Northwest Arknnws TIMES, WwT, Mny 1, 1974 F A Y K T T C V I L L I . A M K A W S A t The Roll Call Report: House Rejects Funding Increase For Nuclear Research. W A S H I N G T O N -- Here's how A r k a n s a s Members of Congress were recorded on major roll call votes April 22 through April ?4. I lie days immediately t a l l o w i n g Congress' r e t u r n from its Kasler recess. 1IOUSK A C T I O N Hejcctcri, 115 for and '2W ap.iinst, ;m a m e n d m e n t an e x t r a $21 million for n u c l e a r f u s i o n authorize in fi5C.il i research. The amendment \VHS offered lo an A M C a u t h o r i s a t i o n hill U I . H . . 13fl]9), which a l r e a d y v i r t u a l l y u n l i m i t e d source of ( U . S . n e g o t i a t i o n s in t»«|P r o p o s e s S-VlOM-per-fainiJy ·ncrgy. Supnortr F i r m s l i m i t a t i o n s t a l k s , nation of the argued r e j e c t e d 1 t h a t t h e ; D e p a r t m e n t . The agency serves as an a d v i s o r on the money it requested for l u - l a r m s control policy. federal g r a n t s to such sur- vivor.s. retroactive to October non. Hep. I]n\v;ini Kobison (II N , \ V . I c i t e d "oncrmiMjiing progress d u r i n g tlie jiasl yi-;ir." I I . 1972. Th e rcjctcd w o u l d have Hnuse approved a similar hill tha I n t e r died in a legislative logjam. ,u Lawrence Hogan (R- S u p p o r t e r s argued that | r e t r o a c t i v e provision and made Congress needs to k n o w the i the day the bill becomes lavs' i m p a c t of weapons development Uhe effective date for benefits, a m e n d m e n t | Mtl,) said the overall bill would struck tlie ["demonstrate t h a t Americans Opponents mailed t h a t -- j O i i d i s a r m a m e n t policy. Rep. while fusion holds Ions-term contained research The SIM m i l l i o n level is $9 m i l l i o n more than the a m o u n t suggested by I tie Office of M a n a g e m e n t and R u d R c t . hut S2l m i l l i o n holow the A EC's request (or such research. The lii.r. nrnv fjoes in t h e Senate. ' E x i s l i n e nuclear power p l a n t s generate o n e rgy by s p I i 11 i n it atoms. Fusion reactors would g e n e r a t e energy by combining atoms. Some experts contend t h a t m a s t e r i n g process w i l t give a v a i l a b l e forms production. Rep. the n n l i o n shwild more i m m e d i a t e l y - D a n t e Kascell (D K l a . j asked. '' N o w, t h a t ? " The overall bill was l a t e r passed and sent to conference. wrong with ] t s intent is to help s u r v i v i n g |families adjust to the loss of of e n e r g y ' Opponents a r g n p d t l i a t UK* j t l i e i r b r e a d w i n n e r , Its esli- M i k e Me- j Coney's powers s l i n i r k l n n t b e! mated y e a r l y cost is 517 are grateful to those who take the u l t i m a t e risk." Alexander. Hammerschmidt, Thornton a n d Mills v o t e d SKNATi; VOTING million for such ;Coi m a c k ( H - W a s h . ) *rnrl, "We agency's powers should not h e ! m i l l i o n , cannot produce Fusion j u s t by k'xpandod beta use Con err si s p e n d i n p dollars." Pe.ssett, 55 for and 31 against, a bill granting Federal money to Mississippi poultry producers who were forced by federal Those volinc for itie l i m i t i n g A u t h o r i t i e s to destroy up to Heps K i l l A l c . x f i f K k r (11 1), i K . p P- ' ' ^ f r F , John l l a m m c r s c h m i r i t ( R - 3 ) , R a y ThonHon (1M) and W i l b u r .Mills (112) voted " n a y / 1 \VKAPO.\S O V K K S I G H T r e s t r u c t u r i n g i t . [ a m e n d m e n t were a c o m b i n a t i o n irlinghuy.sen (R- ,,f members t o t a l l y unnoserl to N . J . ) Miirl, "We would 'be f l y i n g " an agency f u t u r e . (o grant, new powers to npc the concept of federal benefits ?uid those who fell I h e October, an u n c e r t a i n ! 3372 riate arbitrarily dis- Rejecled. 152 for anr! 2M '^wmlon and M i l l s n g a i n s t . a n a m e n d m e n t l o m u k c ! c r i m i n a t e s against survivors voted i who lost t h e i r b r e a d w i n n e r s i before t h a i thilc. eight million chickens t h a t had consumed feerl c o n t a m i n a t e d ! w i t h a c a n c e r - c a u s i n g pesticide. E s t i m a t e s of the losses r a n g e From $fj m i l l i o n to $10 million. I he- Arms Control AJexfindor and a r m . i m c n t Agency provide Con- c h r n i d t voted with inpiict of The bit! (S.3231) now goes to the House. It also requires (he ;.hist ice Department lo detcr- I l a m m e r s - 1 Hep. Charles W i g g i n s ( R - 1 m i n e responsibility for the C a l i f . ) called the overall h i l l "a leont;uninated feed. Culpable the f u s i o n (development on d e v a l u a t i o n s of t h e S U K V J V O U ' S K K . X K K M ' S -- [miser;]hie nirce of logis- j parties would t h e new weapon* . R e j e c t e r ) . 187 f n r and ]fl] |lation...an i l l u s t r a t i o n of gross I d a m a g e s . be liable for the world a Boar's Head Players Open Auditions Auditions open totJay for actors. Bingers and tcchnica! assistants for the Boar's Head Players, T w e n t y people will be chosen to comprise the com pany which will present ir repertory three plays at Marble Falls this summer. Presentations will include "You're a Good M a n , Charlie Brown," "Ten nights in a Bar room" and "Barefoot in t h e Park. 11 Twelve scholarships for room board and full tuition for six hours credit at Ihe U n i v e r s i t y of Arkansas will be granted Four salaried positions for experienced actors are avail able, Joe Brown is scene designer and Teresa M u r r y is seam stress. Prospective company mem bcrs should bring a selection to sing and p r e p a r e a three to five inituite reading from a comedy. Students may audition at f h ' U n i v e r s i t y Theater at 3 or p,m today and Thursday am at 3 p.m. Friday. Those interested should see Dr. Thomas Jones or Dr. P a t r i - cia K o m a n o \ " ;it the DA or appear at the auditions. )olicy. The A m e n d m e n t ffereri to ;i h i l l 01.R. a u t h o r i z e f i r - c a or the agency. s a r m a m r n l : a g a i n s t , a n a m e n d m e n t . t o | n v c r - p r n m i f i i n g ' L-;IS : r e s t r i c t b e n e f i t s to s u r v i v i n g ^ y e a r , I . R . 127!l!) i d c f i o n d c n l s of police, firemen, i Tims )r75 f u n d s prison guards and paroie o f f i - cuthac! prison guarrts and p; cers who rlie in the l i n n of duly. Democrats Sel Benlonville Rally BENTONV1LLE -- Tlie 1S74 D e m o c r a t i c d i n n e r rally sponsored by the Bcnton County Democratic Committee \vill he held at the Fairgrounds M a y 10. Jove Kelly, rally c h a i r m a n said thf rally will get underway at 6:30 p.m. at the Fair Assembly B u i l d i n g . Federal and state c o n s t i t u - t i o n a l o f f i c e candidates will he speaking ann al! local democratic c a n d i d a t e s will he in attendance. The Roccrs Hiirh School ,laz/. Band will provide entertainment. Tickets may he purchased a! Ihe R o p e r s Pharmacy. Rose Drue in B e n t o n v i l l e or from any c o m m i U p e m a n or members of the Democratic Women's Club. Other members of the rally committee are John Elrod. Clayton Little. Bonnie C r a f l o n and M a r g a r e t L i t f f m a n . in a n election : S u p p o r t e r s , argued t h a t i poultry [armors who showec gonrf f a i t h and destroyed then birds should be granted reliol s i m i l a r to that given hog Far October. 11172 was when t h c ' m c r s whose swine contract voting ngairist any ick of benefits argued for the retroactive date because cholera. Sen. James Easlland ' {DM f i s s . ) said these "small and medium-sized home grown and o\vncd businesses" should be compensated by the federal ,'overnmenl, which ordered the irds destroyed. Opponents argued against g r a n t i n g relief u n t i l poultry "armer's claims are scrutinized as closely as other claims for such relief. Sen. Dick Clark (l)-Iowa) said t h a t "BO per cent of Ihe p a y m e n t s will go to just five large producers." He also called it inconsistent to grant f u l l relief lo poultry farmers while victims of tornadoes only get loans. Sen. John McClellan (D) voted "yea." Sen. .1. \V. F u l b r i g h t (D) did not vote. PROMOTIONS -- Approved. 51 for and 36 against, the promotion of Allen D. Slay ( R a n d o l p h . Tex.. A F B ) lo the rank of m a j o r general in the Air Force. The promotion was controversial because Slay served under Gen. John D. Lavello. who was d r u m m e d out of the Air Force for allegedly Uircc t i n g and covcring-tip the illegal b o m b i n g of North Vietnam in 1972. As Lavelle's deputy for operations, Slay was in the direct line of command during the bombings. A f t e r approving Slay's promotion, The Senate also approved -- by a slightly l a r g e r margin the promotion of Charles D. Gabriel to the level of m a j o r general. Gabriel also was a I.avelle subordinate. S u p p o r t e r s argued that neither man was responsible for the illegal raids or the cover-up, and therefore, should not be denied their promotions. Sen. Strom T h u r m o n d ( f i - S.C.) said, "the sole responsibility" rests with General l.avelie. Sen. Howard Camion (D-Ncv.) said. "The basic issue is whether every subordinate commander... is to be charged with the i espousibility of second-guessing" his superiors. In opposing Ihe promotion. Sen. Harold H u g h e s (D Iowa) said the Senate should not sanction a system t h a t makes "obedience w i t h i n one's service more important than adherence (o the highest principles of law and civilian control of Ihe m i l i - tary." Hughes also argued for semling "a message to the Pentagon t h a t it cannot make John Lavelle a scapegoat." lAlcClellan voted "yea" and Kulbright did not vote. C Y C ) , E INSORANCK .-Passed. 72 for and 11 againsU an amendment to exempt motorcycles from nationwide n o - f a u l l insurance legislation. The no-fault measure (S. 351) would require all slates to develop no-faull insurance plans that meet certain m i n i m u m federal standards. The a m e n d m e n t to exempt motorcycles limited the federal renuirements lo vehicles at. least four wheels, t h u s changing language t h a t called for n o - f a u l t i n s u r a n c e ou all regislcred vehicles. Supporters argued t h a t no- f a u l t insurance rates on motorcycles would he prohibitively expensive and m a k e m o t o r cyclists a v a n i s h i n g species. " O p p o n e n t s argued t h a t Ihe a m e n d m e n t violates the the t h r u s t of Ihe bill: lo develop a u n i f o r m code for no-fault insurance for all vehicles. McClellan voted "yea" and F u l b r i R h t did not vole^ Area 'Ham' Picnic Sel For May 5 - A "ham ' pk'iiJc i^ to be held at A c r i P a r k on Hvy. 112 n o r t h on ? I a y 5. spon?oreri by t h e Konh\ve?t A r k a n s a s Amateur Brtfiiri Chih a n d (hr N o r t h w e s t A v k f i n F - a * R r p c a ' c r Society. ·' R e c i j - t r a t i n n hoe:inF. at n n n n . Jollov- r n b\ r h e fond line al 1 P m. - M e m b e r ? , f r i r n r f * and 1hoe l n t f r e = ted are invited t n bring t h f i r f a \ n r i l e o i ^ h a n d t a b l e 'service- for their p a r t y . Coffee and coin d r i n k ? will he f n r n - ]?tu-d. ' A c r i i i:ie? M i l l i n c l u d e operation of a n a m a t e u r radio - c a t i o n [3.??5 M H z i . WA-iSXO and other i t r m ? of j n l e r e s t . WiHi NATO Na v v Y e o m a n T h i r d C1 H ss R o n a l d M . Csrnc5. .son of Mr. and Mr.-. M n r t o n Carncs of 206 \V. Ccsiti-r Si., p a r t i n p r i t f d in the 25th annivor.-ary c e l e b r a t i o n of t h e N'orih A t l a n t i c T r e a t y Org a n i z a t i o n , hf-in r e c e n t l y in Norfolk. V i r g i n i a . Carries i? ^ c r v j n c on the .staff of the Supreme A i b e r i C o m m a n der. A t l a n t i c , w h i c h is the only N'ATO c o m m a n d in t h e U.S. Candidates To Speak D c - m o c r e r i c p r i m a r y candi- T h i r d Cong r e g i o n a l D i s l r i c t wi]] appear before- f r m leaders T h u r s d a y at Fort Smith. Officers a n d commmeemen of 21 county Farm B u r e a u s in the district w i l l a t t e n d . Promoted Thomas E. Roue, -on of M r ; I.L. Roue. Jr. of 503 S. W. "F" ! St., Benlonville. u a s prorrm;c-d j to Ihe rank of Sonar T e c h n i c i a n j Third Class w h i l e serving w i t h ] the U.S. Navy aboard the i nuclear powered ballistic r n i s i l e j ·uhmanne, U.S.S. C a s i m i r P u - ' la.sk i. SALE STARTS TOMORROW OPEN 9:30-8:30 Touch of Style The look of a well dressed man. Sport coat and sport slacks will add the extra to a man's wardrobe. · Men's Double Knit spoil coats from our famous manufacturers. Reg. Values to §125.00. Sale $49-$59-$69 TRUMPETER SHOP THE MENS WORLD A Great Selection of name brand suits on SALE --your selection from "Hart Schaffner Marx", "Griffon" and "Varsity Town". Men's dacron/wool and double knits. Reg. $90.00 to $160.00 Men's dacron/wool and double knits. Reg. $120 to $160.00 Ai! 1/2 OFF Sale $98.00 Men's double k n i t suits, o I Reg. $95.00 to $100.00 OOI6 TRUMPETER SHOP Outstanding Buys · Men's wool and dacron/wool suits. Summer weights and year round weights. Choice of sizes and colors, some with extra trousers. Reg. to $72.50 Reg. to $85.00 Reg. to $105.00 · Selected group of men's double knit suits. These are a truly great buy. Reg. $80.00 .-. BUDGET MEN'S ,,,,.,.. $25.00 ,,,,. $35.00 ,.,,,,. $45.00 ,..,.,,. $49.00 · Men's Double Knit sport coats. Beautiful fancy patterns. Regulars and a few longs and extra longs. Reg. Value §59.95. Sale $47.00 BUDGET MEN'S SLACKS TO MATCH · Men's double knit slacks from famous manufacturers. Reg. $27.50. Sale $15.90 or 2/$30 TRUMPETER SHOP · A real nice selection of-men's double knit slacks. Solids and patterns! Most sizes. Reg. ?27.50. Sale $11.90 or 2/$22 BUDGET MEN'S · 3 days only--Men's texttirized knit slacks in solids and seersucker stripe. Reg. Values to $16.00. Sale $13.90 or 2/$27 BUDGET MEN'S DRESS SHIRTS · Jlen's long sieeve dress shirts. Sizes U'A lo 17. Reg. Values to S12.00 Sale $6.90 or 2/$l3,50 · Men's short sleeve dress shirts Sizes 14',i to 17. Reg, Values lo S 10.00 Sale $5.90 or 2/$11.50 · Men's short sleeve knit shirts Size S-M-L-XL Reg. Value to §20.00 Sale $11.90 TRUMPETER SHOP SPORT SHIRTS · Famous brand sport shirts in long sleeve. Permanent press in solid and pattern. Sizes S-M-L- XL. Reg. Values to $9.00. Sale $3.49 · Famous brand sport shirts in short sleeve. Permanent press in solid and fancies. Sizes S-M- L-XL. Reg. Values to 58.00. Sale $3.49 · Men's long sleeve knit sport shirts. 100% polyester (light weight) just in time for summer. In navy, brown, burgundy and white. Reg. Values to $6.00 Sale $3.66 Reg. Values to J8.00 Sale $6.66 BUDGET MEN'S A greot selection of men's solid and fancy stripe Pajamas in dacron and cotton permaprest d c fabric. Sizes A thru D VJ. BUDGET MEN'S HOLD YOUR WAIST A great selection of men's belts from dress to sport style. Regular Values to $8.50 . $QJe $1 99 TRUMPETER SHOP SALE FOR BOYS · Boys' knit shirls. Sizes 8 to 20. Reg. Values to 55.50 S a f e $2.90 or 2/$5.50 · Boys' sport and dress shirts. Sizes 8 to 20. Reg. Values to 56.50. Sale $3.30 or 2/$6.50 · Boys' jeans and slacks. Sizes 3 to 7. Reg. Values to $6.50. Sole $3.60 or 2/$7.00 Sizes 8 to 16. Reg. Values to 58.50. Sate $5.60 or 2/$11.00 Waist sizes 25 to 27 Reg. Values to $12.00 Sale $6.60 or 2/$13.00 BOYS' DEPT. STREET FLOOR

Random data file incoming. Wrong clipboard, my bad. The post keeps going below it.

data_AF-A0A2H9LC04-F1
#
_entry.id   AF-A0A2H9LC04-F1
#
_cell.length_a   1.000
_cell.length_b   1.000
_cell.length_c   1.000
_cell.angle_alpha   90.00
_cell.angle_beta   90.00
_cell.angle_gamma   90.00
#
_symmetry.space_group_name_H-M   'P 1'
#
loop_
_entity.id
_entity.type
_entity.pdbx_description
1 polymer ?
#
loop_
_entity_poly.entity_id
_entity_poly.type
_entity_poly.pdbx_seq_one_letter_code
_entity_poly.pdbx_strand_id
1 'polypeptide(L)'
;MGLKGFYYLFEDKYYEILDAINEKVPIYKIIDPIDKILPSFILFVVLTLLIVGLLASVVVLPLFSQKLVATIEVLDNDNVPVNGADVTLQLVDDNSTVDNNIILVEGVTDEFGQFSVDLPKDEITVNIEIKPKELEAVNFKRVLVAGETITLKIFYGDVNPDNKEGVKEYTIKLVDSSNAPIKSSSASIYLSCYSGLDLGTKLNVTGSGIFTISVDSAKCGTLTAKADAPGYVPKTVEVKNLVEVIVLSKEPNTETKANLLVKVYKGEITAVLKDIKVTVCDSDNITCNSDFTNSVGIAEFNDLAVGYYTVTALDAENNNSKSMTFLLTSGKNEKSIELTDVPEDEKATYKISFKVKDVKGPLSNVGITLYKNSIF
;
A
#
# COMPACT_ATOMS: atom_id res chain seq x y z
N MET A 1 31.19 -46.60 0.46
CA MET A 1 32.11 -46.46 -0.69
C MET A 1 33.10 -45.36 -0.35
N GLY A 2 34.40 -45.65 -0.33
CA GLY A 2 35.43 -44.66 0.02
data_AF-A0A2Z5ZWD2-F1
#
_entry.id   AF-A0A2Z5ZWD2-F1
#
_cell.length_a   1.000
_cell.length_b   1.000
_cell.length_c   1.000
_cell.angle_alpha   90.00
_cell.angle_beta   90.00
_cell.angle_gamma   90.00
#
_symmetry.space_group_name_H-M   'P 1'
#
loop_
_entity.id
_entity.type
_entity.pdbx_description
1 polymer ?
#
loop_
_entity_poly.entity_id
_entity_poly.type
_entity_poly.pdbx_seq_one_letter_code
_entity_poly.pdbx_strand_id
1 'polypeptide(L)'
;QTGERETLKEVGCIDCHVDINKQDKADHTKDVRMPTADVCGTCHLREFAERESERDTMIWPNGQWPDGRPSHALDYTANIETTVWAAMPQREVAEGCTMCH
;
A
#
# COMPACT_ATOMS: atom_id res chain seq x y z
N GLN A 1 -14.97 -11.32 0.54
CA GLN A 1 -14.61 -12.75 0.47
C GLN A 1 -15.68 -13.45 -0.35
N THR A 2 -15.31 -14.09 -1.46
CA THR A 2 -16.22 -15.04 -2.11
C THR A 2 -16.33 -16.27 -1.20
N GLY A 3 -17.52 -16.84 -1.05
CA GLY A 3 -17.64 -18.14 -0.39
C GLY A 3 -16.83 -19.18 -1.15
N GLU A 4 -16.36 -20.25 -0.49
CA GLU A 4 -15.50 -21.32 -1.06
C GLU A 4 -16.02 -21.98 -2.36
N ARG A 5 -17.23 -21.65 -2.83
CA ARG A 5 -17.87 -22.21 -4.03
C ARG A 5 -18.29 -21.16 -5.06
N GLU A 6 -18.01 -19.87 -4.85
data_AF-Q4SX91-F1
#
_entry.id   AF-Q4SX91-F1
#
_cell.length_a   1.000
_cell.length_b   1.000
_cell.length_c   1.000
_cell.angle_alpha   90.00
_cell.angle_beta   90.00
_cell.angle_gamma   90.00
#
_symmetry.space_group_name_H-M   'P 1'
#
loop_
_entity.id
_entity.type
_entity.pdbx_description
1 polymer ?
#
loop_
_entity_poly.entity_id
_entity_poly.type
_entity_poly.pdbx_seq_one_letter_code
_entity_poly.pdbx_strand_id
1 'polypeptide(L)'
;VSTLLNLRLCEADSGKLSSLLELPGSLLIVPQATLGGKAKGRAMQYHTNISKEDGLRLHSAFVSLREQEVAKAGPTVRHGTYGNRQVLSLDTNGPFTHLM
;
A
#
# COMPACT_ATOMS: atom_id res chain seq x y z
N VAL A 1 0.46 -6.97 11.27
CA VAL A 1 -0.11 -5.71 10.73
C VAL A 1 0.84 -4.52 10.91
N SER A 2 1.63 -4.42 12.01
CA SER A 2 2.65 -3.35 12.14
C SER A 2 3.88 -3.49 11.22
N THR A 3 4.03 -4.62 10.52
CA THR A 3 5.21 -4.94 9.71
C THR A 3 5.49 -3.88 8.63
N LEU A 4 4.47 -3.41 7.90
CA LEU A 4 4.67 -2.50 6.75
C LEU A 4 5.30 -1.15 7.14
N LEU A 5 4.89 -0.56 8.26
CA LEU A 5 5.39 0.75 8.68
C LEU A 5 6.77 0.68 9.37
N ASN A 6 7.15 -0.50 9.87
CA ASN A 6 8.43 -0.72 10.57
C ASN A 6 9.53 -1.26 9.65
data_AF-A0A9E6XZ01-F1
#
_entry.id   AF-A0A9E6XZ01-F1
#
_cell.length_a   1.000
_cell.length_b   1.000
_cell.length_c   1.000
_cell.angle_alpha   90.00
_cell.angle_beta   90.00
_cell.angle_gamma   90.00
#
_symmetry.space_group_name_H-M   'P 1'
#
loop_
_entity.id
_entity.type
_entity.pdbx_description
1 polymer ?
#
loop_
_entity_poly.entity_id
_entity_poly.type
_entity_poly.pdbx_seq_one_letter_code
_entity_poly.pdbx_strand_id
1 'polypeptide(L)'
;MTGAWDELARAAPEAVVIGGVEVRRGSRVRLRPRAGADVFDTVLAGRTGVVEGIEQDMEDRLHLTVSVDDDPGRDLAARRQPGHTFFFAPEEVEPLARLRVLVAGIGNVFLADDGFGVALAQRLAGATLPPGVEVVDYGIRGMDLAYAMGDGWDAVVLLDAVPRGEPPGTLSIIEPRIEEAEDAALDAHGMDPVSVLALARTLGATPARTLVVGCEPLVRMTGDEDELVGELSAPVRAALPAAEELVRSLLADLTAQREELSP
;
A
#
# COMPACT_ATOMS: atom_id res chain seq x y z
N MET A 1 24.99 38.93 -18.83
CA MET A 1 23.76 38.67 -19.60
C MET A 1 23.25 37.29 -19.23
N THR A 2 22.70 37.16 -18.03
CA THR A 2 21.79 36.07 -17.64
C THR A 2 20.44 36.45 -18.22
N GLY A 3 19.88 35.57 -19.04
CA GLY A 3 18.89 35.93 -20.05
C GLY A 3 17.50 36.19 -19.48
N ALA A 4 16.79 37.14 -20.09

Get full access with a Free Trial

Start Free Trial

What members have found on this page